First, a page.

February 25, 1857.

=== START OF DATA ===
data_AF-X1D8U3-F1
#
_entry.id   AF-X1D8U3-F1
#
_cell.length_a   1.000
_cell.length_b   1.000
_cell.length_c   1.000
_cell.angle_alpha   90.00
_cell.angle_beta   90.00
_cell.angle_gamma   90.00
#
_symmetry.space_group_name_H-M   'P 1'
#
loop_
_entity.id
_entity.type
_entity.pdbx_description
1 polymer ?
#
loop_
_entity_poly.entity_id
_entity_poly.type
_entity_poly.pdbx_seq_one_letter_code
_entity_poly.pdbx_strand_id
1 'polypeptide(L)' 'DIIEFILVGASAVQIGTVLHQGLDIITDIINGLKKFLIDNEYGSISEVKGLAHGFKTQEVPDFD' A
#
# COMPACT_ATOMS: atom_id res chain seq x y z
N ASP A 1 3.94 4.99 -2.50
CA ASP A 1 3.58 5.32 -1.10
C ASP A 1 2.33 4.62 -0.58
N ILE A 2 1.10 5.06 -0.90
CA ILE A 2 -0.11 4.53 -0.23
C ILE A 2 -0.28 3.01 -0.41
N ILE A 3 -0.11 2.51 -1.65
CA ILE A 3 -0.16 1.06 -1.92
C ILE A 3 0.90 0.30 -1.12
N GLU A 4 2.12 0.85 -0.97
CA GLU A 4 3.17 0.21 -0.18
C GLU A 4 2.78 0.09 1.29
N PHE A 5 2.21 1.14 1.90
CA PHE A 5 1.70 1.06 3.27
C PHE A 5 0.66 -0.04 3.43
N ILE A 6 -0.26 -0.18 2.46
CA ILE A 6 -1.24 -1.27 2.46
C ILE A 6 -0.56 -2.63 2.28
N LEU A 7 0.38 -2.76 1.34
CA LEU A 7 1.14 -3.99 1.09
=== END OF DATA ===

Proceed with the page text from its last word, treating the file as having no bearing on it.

DEAR SISTER: . . . I am glad to hear of your good health and assiduity to study, and that you are exerting every faculty in the laudable pursuit of education. I am striving equally hard for the same. I am sure that few have the facilities offered for getting an education which I have, and not to take advantage of these privileges is inconsistent. I study from 6 to 7 A. M., and from 8 A. M. to 1 P. M., including recitations; then from 2 to 4 P. M. I read newspapers and write letters; from 4 P. M. till sundown is release from quarters, which I usually spend in the library reading, and then study from 7 to 9.30 P. M.; so that you see my time is pretty well occupied. Perhaps a few of my daily marks would give you an idea of my progress. . . . So long as I can keep up to these marks I am not in danger of being found deficient. . . . I am passionately attached to West Point, and would not give up my appointment here for a million dollars. I want you to come here next encampment and see the beautiful scenery that I have often tried to describe.